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Out & About: Davis sets record on Appalachian Trail

Jennifer Pharr Davis, right, is emotional after the end of her record Appalachian Trail trek. (Associated Press)
Jennifer Pharr Davis, right, is emotional after the end of her record Appalachian Trail trek. (Associated Press)

OUTHIKE – Striding along at a rate of nearly two marathons a day, Jennifer Pharr Davis last Sunday set an unofficial record for the fastest assisted hike of the entire Appalachian Trail, which stretches from Mount Katahdin in Maine to Springer Mountain in Georgia.

She saw 36 bears, moose, porcupines and every sunrise and sunset during an epic 2,180-mile journey that lasted 46 days, 11 hours and 20 minutes.

Davis’ friends and her husband, fellow hiking enthusiast Brew Davis (at left in photo), supported her effort so she could trek equipped with a daypack or less.

She went through five pairs of hybrid hiking and running shoes while averaging about 47 miles a day, breaking the previous record set by a man six years ago by just more than 24 hours.

And she suffered nearly a week of dysentery in the early portion of her trek, giving a new twist to “the trots.”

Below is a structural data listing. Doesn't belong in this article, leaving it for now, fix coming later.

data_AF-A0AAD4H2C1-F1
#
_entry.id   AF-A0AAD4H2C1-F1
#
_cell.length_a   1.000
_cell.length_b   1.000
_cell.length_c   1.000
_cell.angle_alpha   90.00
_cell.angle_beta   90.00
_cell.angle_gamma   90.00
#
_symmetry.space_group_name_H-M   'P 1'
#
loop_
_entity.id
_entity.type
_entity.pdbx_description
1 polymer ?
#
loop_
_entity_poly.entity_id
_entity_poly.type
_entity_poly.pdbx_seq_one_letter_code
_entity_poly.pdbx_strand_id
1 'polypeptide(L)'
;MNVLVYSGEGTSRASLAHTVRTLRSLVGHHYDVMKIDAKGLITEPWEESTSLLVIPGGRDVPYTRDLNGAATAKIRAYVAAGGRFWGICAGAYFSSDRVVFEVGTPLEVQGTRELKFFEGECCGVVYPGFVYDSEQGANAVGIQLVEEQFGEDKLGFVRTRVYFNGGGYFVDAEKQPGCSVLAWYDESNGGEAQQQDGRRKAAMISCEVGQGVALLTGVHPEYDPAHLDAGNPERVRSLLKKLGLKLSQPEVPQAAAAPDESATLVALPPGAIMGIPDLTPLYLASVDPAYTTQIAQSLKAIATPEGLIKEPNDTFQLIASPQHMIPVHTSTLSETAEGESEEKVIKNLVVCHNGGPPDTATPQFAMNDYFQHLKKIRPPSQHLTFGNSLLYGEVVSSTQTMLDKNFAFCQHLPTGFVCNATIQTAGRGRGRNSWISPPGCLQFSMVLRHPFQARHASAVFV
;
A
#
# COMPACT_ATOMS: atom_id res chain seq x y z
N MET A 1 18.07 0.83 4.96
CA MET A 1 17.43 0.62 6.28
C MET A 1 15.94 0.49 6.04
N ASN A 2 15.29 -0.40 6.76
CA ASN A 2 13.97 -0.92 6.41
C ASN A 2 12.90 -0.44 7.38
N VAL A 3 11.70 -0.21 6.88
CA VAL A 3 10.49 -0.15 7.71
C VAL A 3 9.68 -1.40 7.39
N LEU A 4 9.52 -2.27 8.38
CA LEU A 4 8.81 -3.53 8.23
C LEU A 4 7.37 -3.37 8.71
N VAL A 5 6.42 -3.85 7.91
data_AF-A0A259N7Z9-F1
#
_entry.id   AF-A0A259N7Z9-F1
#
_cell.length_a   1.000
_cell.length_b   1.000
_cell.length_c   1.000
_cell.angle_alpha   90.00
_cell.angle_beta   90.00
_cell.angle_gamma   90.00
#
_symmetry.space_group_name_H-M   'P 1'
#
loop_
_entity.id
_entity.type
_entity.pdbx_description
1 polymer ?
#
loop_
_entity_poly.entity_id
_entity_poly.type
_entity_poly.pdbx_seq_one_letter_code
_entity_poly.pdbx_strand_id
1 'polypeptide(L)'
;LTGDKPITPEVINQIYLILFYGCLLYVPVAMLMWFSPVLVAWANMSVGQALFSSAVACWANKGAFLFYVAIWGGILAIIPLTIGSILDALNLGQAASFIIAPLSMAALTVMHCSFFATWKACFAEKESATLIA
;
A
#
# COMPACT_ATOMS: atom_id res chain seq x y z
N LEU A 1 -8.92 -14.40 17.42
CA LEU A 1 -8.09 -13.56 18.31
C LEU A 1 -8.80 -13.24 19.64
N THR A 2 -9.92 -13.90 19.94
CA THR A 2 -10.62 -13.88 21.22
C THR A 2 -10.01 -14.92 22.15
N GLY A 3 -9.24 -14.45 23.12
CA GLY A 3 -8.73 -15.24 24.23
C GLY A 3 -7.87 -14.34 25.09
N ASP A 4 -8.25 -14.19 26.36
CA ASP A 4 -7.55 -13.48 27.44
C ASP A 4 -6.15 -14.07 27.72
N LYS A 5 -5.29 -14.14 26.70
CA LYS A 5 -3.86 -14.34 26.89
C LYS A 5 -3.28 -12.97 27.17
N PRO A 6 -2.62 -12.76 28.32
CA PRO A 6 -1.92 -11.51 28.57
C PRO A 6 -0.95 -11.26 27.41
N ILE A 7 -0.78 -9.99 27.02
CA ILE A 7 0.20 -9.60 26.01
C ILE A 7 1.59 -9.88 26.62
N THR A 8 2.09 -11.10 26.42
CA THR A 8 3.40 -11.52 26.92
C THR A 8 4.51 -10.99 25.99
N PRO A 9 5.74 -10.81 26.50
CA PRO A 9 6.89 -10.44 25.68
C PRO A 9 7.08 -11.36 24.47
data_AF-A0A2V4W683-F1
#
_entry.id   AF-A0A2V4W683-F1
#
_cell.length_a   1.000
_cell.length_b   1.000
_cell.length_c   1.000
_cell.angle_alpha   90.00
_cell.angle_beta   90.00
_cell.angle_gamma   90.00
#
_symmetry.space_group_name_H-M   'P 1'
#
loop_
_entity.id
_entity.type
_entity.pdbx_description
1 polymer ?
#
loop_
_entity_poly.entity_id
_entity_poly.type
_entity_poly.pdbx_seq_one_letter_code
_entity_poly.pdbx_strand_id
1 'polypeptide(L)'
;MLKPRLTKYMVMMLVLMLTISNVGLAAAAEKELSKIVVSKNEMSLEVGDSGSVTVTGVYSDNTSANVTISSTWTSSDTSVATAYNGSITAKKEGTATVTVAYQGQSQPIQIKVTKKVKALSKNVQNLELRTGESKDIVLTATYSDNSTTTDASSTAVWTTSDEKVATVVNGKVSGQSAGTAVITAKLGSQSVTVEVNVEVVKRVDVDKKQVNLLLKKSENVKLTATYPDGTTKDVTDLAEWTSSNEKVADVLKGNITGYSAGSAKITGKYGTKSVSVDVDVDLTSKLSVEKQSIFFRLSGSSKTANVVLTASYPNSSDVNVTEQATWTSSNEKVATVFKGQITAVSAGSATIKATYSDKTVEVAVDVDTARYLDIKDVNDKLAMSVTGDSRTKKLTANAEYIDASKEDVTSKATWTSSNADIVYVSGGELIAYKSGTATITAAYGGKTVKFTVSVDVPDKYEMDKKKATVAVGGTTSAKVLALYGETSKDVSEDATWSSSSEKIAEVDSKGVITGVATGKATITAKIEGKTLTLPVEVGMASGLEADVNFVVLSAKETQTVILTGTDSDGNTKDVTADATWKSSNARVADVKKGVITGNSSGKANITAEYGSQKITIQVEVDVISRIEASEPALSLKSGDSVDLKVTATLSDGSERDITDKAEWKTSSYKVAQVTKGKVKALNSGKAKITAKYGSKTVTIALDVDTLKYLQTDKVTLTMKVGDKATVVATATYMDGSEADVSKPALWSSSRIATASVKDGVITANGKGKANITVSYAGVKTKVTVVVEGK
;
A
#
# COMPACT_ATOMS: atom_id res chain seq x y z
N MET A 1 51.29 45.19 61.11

Spokane lands fly fishers in 2012

OUTCAST – “It’s official!” said Spokane fly fisher Len Zickler. “Spokane has been selected as the site for the July 10-14, 2012, Federation of Fly Fishers Fly Fishing Fair. 

“Local fly fishing clubs will be teaming with Gonzaga University and the Spokane Sports Commission for the event,” he said, noting that other sponsors are starting to line up.

For decades the “fair” had been known as the group’s annual “conclave.”

Zickler said the event is likely to attract “2,000 participants from all over the United States and from international locations as well.”

Five days of activities will include an Expo for visitors to watch world-class fly tiers and angling vendors, as well a women’s fly angling workshop and a youth fishing camp. 

The Spokane conclave will follow this year’s big event in West Yellowstone, Wyo., where the 46th annual Fly Fishing Fair will be held Aug. 31-Sept. 3.

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Idaho invasive species sticker transferrable

OUTPADDLE – Most boaters know by now that Idaho requires a $7 invasive species sticker on all power boats as well as on all non-motorized kayaks, canoes and inflatables longer than 10 feet.

But some boaters don’t know that the sticker is transferrable to different paddle boats in a boater’s personal fleet.

That’s why boaters who purchase their stickers at Northwest River Supply in Moscow get their stickers encased, for no extra charge, in plastic with a zip-tie.

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